Payne's Parliamentary Proceedings - December 2021

08 December 2021

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The end of the Parliament for 2021 (and possibly the parliamentary term) did not mean a quiet and orderly end to the year. Instead, the silly season arrived early and this past sitting fortnight could only be described as chaotic as the Government revealed itself to be deeply divided with no agenda.

We saw Coalition members crossing the floor in both houses, legislation introduced and then shelved and the Prime Minister forced to correct the record after being caught spouting untruths in Question Time.

It was a wild ride, and can only be recounted as the Good, the Bad, and the Ugly.
 

THE GOOD:

Amidst the chaos of the fortnight (see below), a moment of rare bipartisanship and cross-party respect emerged with the passing of Maeve’s Law - a law legalising Mitochondrial Donation to prevent Mitochondrial Disease in the next generation of Australian children.

It was a telling sign that when the Parliament works together we can get important reforms done. All MPs were afforded a conscience vote, with members from either side of the debate speaking with great respect of each others opinion. I voted in support of the law.

In another win, Labor’s strong campaign against the Government’s Trump-inspired voter suppression laws - which would have disenfranchised many Australians by making people show ID in order to vote, was successful as we forced Scott Morrison to abandon the proposal.

 

I gave a number of important speeches in the Parliament over the fortnight.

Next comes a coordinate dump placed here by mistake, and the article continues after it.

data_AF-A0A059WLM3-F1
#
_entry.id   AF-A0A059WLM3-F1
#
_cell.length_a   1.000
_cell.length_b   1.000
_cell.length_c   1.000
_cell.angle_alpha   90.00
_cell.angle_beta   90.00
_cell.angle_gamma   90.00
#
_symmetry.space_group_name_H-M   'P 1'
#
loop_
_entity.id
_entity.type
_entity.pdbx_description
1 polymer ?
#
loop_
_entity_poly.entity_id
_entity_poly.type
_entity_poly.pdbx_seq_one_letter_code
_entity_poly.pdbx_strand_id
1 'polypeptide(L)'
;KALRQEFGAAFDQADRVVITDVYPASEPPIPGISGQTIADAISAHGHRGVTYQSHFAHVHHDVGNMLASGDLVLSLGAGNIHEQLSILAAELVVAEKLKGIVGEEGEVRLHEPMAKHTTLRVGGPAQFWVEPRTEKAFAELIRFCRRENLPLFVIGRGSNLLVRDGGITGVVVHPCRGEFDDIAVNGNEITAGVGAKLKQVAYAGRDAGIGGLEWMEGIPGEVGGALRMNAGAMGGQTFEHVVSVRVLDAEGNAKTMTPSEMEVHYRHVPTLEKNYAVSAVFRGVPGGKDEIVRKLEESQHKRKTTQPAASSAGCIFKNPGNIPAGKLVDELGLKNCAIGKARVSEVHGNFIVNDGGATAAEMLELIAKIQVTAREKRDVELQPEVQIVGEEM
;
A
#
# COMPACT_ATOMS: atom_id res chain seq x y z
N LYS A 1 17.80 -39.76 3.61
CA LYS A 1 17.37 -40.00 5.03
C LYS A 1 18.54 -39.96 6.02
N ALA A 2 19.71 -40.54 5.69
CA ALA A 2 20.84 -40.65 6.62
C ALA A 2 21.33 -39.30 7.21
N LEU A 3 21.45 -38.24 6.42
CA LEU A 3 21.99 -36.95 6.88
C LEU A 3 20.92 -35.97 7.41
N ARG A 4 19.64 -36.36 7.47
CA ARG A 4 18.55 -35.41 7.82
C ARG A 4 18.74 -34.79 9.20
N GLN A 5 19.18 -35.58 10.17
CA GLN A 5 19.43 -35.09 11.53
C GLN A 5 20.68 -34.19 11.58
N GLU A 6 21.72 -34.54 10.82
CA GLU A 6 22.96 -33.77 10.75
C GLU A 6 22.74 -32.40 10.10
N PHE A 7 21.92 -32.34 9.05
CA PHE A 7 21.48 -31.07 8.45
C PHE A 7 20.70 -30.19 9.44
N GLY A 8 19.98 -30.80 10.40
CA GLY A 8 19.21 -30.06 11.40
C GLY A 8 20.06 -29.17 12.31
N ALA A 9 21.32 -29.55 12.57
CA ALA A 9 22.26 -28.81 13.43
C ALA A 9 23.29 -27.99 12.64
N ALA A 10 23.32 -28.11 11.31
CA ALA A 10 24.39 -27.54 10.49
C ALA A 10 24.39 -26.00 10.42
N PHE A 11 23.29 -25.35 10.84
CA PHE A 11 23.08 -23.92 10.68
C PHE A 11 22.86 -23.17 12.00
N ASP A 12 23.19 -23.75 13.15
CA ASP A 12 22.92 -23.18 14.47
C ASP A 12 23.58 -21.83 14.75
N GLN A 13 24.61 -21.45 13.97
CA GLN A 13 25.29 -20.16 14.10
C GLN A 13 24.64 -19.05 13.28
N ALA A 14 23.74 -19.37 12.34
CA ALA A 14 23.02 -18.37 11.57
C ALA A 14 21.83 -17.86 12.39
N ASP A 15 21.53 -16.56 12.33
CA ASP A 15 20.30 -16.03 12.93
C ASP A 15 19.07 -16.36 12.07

I was also happy to be able to speak on a number of important issues including the NBN, Class Action Disputes, the need for proper funding of Public Broadcasters, the housing affordability crisis, the need for more action to combat gender-based violence, and the International Day of Solidarity with the Palestinian People.

I was proud to use one speech to remind Australians of some the reasons why we need a new Government. I ran out of time and was happy to be able to expand my contribution by submitting a Matter of Public Importance the following day.

You can watch these speeches on my YouTube channel here.

 

My Matter of Public Importance submitted to the Speaker for Debate

 

Labor also made a number of important policy announcements.

On Friday, Labor announced our plan for climate action - the Powering Australia plan, which will cut emissions by 43 per cent by 2030, increase the percentage of renewables to 83% by the same year, create 604,000 jobs (the majority in regional Australia) and lower power bills by $275 per household per year on average by 2025.

The world’s climate crisis is an opportunity for Australia to become a renewable energy superpower, and I’m proud to be part of a party which will do the work to make that happen.

You can read the full policy, including the extensive modelling backing it here.

It’s time to put a decade of inaction behind us and embrace the future.

 

Speaking to media at Master Builders in Fyshwick with Deputy Labor Leader Richard Marles. Australia has a huge skills shortage, Labor will work to fix it.

 

I was happy to join Richard Marles, Deputy Labor Leader last Thursday for a tour of Master Builders in Fyshwick. Under the Coalition, Canberra has lost 3,000 trainees and apprentices - a reduction of 30 per cent. This figure is hardly surprising when they’ve slashed $3 billion from the vocational education and training sector. Last Sunday Labor announced part of our education policy to fix the decade of decline we’ve seen under this Government.